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  • 1–1. (b) Renal corpuscles are distributed throughout the cortex, which includes the region just above the cortico-medullary border (i.e., the juxtamedullary region). None are in the medulla.

  • 1–2. (c) Each glomerulus is associated with a nephron, which includes a loop of Henle. Each collecting duct is formed from the coalescence of several nephrons.

  • 1–3. (d) Balance implies that input equals output, which can occur at normal or abnormal levels of amounts in the body, or normal or abnormal input, so long as the inputs are matched by equal outputs.

  • 1–4. (c) The macula densa cells are located in the tubule where it passes between the afferent and efferent arterioles. This location is at the end of the thick ascending limb of the loop of Henle just before it becomes the distal tubule.

  • 1–5. (d) A healthy young 70-kg person contains about 42 L of water (∼60% of body weight), and filters up to 180 L of plasma each day.

  • 1–6. (a) Secretion implies transport from tubular cell to the lumen. Most often the substance entered the cell from the blood, but it could also be synthesized and then transported.




  • 2–1. (d) Most efferent arterioles feed peritubular capillaries, but those associated with juxtamedullary glomeruli feed vascular bundles that descend into the medulla.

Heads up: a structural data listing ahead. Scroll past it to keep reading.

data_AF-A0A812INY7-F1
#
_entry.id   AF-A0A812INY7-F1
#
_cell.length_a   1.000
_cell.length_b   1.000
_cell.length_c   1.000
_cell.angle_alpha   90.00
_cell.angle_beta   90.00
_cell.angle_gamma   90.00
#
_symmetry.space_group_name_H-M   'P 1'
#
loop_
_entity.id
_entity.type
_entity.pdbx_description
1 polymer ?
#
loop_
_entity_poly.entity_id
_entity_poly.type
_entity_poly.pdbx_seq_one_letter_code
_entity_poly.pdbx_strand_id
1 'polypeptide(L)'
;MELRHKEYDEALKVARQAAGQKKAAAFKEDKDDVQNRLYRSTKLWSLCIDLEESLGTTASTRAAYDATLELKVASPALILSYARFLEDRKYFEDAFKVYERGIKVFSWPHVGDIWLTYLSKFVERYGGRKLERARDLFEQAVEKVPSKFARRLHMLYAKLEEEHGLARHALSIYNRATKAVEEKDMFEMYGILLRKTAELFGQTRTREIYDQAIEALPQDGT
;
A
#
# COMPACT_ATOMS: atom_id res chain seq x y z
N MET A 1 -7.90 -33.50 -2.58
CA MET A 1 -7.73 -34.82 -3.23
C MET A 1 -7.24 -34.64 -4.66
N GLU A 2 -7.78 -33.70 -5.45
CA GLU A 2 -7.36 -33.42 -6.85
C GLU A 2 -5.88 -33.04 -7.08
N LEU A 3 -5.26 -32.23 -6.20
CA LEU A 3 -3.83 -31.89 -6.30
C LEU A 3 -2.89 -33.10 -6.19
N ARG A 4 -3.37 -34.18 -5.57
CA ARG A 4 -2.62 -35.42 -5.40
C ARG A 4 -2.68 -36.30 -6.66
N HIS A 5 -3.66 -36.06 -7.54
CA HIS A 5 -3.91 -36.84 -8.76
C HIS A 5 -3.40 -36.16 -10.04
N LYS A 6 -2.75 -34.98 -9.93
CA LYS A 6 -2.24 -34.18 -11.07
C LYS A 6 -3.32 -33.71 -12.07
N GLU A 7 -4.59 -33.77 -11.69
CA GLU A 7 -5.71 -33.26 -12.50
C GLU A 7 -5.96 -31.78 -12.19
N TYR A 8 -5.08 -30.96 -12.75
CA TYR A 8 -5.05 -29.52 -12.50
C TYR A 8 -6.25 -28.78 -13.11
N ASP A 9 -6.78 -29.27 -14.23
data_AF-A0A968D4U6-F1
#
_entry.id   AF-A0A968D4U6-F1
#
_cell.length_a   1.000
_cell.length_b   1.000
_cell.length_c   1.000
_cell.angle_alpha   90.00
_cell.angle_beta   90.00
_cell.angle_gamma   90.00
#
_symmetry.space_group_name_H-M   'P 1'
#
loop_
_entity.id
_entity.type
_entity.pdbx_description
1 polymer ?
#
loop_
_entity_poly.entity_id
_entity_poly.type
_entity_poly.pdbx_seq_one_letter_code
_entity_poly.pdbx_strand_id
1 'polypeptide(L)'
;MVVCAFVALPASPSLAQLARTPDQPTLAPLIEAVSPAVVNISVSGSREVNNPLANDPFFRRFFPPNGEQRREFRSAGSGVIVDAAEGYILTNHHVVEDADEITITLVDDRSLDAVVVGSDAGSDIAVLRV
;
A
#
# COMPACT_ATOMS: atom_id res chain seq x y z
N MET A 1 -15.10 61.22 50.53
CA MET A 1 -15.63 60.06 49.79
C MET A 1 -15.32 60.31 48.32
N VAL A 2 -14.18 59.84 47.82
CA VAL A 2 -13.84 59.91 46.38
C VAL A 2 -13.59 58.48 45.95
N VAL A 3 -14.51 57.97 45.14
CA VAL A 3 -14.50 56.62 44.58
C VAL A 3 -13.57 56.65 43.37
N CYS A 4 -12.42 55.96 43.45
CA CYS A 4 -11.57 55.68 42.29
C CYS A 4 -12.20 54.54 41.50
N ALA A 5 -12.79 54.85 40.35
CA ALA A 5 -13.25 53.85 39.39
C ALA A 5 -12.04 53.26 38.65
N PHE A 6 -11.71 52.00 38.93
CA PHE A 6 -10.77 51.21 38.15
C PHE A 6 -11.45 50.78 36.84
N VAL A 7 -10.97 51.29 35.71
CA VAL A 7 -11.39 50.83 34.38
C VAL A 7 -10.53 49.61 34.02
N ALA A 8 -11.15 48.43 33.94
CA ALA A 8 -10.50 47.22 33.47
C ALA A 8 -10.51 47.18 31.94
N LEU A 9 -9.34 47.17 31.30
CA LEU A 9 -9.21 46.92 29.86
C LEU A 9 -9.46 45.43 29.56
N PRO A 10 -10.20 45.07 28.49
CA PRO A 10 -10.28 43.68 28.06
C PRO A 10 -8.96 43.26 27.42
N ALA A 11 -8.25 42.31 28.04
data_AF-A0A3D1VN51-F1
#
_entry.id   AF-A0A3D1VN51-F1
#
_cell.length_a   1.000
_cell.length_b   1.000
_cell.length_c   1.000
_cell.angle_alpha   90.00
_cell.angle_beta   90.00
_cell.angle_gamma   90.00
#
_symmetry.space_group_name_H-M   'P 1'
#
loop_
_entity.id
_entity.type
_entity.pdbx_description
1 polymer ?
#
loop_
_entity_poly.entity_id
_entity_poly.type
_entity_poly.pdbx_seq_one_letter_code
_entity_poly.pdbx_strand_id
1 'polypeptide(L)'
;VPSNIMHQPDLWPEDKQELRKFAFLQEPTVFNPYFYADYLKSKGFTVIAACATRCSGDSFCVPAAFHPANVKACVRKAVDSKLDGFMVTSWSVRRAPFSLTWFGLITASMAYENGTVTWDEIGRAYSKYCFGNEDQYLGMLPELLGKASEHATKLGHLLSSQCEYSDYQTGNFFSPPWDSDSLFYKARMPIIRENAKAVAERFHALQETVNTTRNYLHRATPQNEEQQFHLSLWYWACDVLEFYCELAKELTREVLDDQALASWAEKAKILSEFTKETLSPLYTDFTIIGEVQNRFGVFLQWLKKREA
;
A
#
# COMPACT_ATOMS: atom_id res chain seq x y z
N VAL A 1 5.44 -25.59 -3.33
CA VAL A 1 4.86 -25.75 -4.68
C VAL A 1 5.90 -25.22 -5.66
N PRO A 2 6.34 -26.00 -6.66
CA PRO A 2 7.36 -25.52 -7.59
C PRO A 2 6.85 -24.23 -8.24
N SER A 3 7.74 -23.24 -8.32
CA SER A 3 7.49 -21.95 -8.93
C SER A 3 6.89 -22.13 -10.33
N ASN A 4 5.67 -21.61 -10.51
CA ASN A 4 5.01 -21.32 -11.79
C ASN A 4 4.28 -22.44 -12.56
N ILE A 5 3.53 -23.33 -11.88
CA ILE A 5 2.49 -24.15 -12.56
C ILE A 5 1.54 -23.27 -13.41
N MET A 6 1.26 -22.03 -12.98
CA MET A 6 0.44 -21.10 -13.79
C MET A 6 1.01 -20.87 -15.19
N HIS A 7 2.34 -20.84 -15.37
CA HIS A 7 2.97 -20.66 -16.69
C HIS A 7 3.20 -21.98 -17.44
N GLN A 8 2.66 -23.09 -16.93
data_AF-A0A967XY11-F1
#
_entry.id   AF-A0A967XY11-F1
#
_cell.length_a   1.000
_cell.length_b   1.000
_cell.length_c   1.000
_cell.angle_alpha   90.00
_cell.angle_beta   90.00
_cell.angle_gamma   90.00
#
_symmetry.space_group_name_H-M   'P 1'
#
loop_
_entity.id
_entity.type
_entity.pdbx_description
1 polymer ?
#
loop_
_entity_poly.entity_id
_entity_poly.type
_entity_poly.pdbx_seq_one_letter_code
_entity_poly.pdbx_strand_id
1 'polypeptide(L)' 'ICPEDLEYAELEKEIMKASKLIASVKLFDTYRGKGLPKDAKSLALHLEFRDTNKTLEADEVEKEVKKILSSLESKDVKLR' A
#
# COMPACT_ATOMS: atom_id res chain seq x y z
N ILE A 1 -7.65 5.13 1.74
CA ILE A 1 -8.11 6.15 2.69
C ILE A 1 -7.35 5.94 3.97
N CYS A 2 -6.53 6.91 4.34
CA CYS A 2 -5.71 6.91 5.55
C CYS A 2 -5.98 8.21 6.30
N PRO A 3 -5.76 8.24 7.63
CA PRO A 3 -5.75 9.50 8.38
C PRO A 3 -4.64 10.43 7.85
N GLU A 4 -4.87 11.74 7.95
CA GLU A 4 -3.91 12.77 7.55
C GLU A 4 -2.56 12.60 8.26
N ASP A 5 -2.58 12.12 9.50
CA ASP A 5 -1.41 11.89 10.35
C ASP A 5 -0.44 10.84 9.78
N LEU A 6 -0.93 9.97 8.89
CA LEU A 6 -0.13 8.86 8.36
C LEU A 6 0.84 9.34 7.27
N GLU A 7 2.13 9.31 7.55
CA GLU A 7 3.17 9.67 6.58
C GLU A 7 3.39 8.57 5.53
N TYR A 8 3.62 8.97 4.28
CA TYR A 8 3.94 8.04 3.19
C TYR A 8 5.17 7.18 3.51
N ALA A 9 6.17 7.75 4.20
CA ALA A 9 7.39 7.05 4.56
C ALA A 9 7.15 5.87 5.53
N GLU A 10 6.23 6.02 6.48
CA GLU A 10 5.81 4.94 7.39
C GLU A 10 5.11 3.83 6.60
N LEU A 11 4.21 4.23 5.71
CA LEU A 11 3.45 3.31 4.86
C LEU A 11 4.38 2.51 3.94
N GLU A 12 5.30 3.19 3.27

• 2–2. (d) While various factors affect how much plasma is filtered, the glycocalyx, basement membrane, and particularly the slit diaphragms bridging the foot processes of podocytes, all of which are extracellular, are the key determinants of what is filtered.

  • 2–3. (a) Rapid control is exerted over the contractile properties of vascular smooth muscle that in turn affects hydrostatic pressure in glomerular capillaries.

  • 2–4. (d) Other than larger molecules that are only partially or slightly filtered, the plasma concentrations of a small freely filtered substance are not altered by filtration because water and the substance in question are filtered in the same proportions.

  • 2–5. (c) The lowering of pressure upstream from the glomerulus is offset by contraction of the efferent arteriole, an action that by itself raises glomerular capillary pressure. The net effect leaves glomerular capillary pressure almost unchanged.

  • 2–6. (a) Glomerular capillary pressure starts at about 60 mm Hg and falls very little along the length of the capillaries. This value is far higher than in most peripheral capillaries.




  • 3–1. (d) The excretion rate of a substance divided by its plasma concentration yields the clearance.

  • 3–2. (a) The metabolic clearance rate represents the sum of all clearance routes. Since there are two major routes of clearance (kidneys and feces) the metabolic clearance must be higher than either one alone. The fact that the drug has a higher urinary concentration than plasma concentration mainly reflects the reabsorption of water.

  • 3–3. (c) In the second test both the plasma concentration and filtered load (and hence rate of excretion) are increased, yielding offsetting effects on ...

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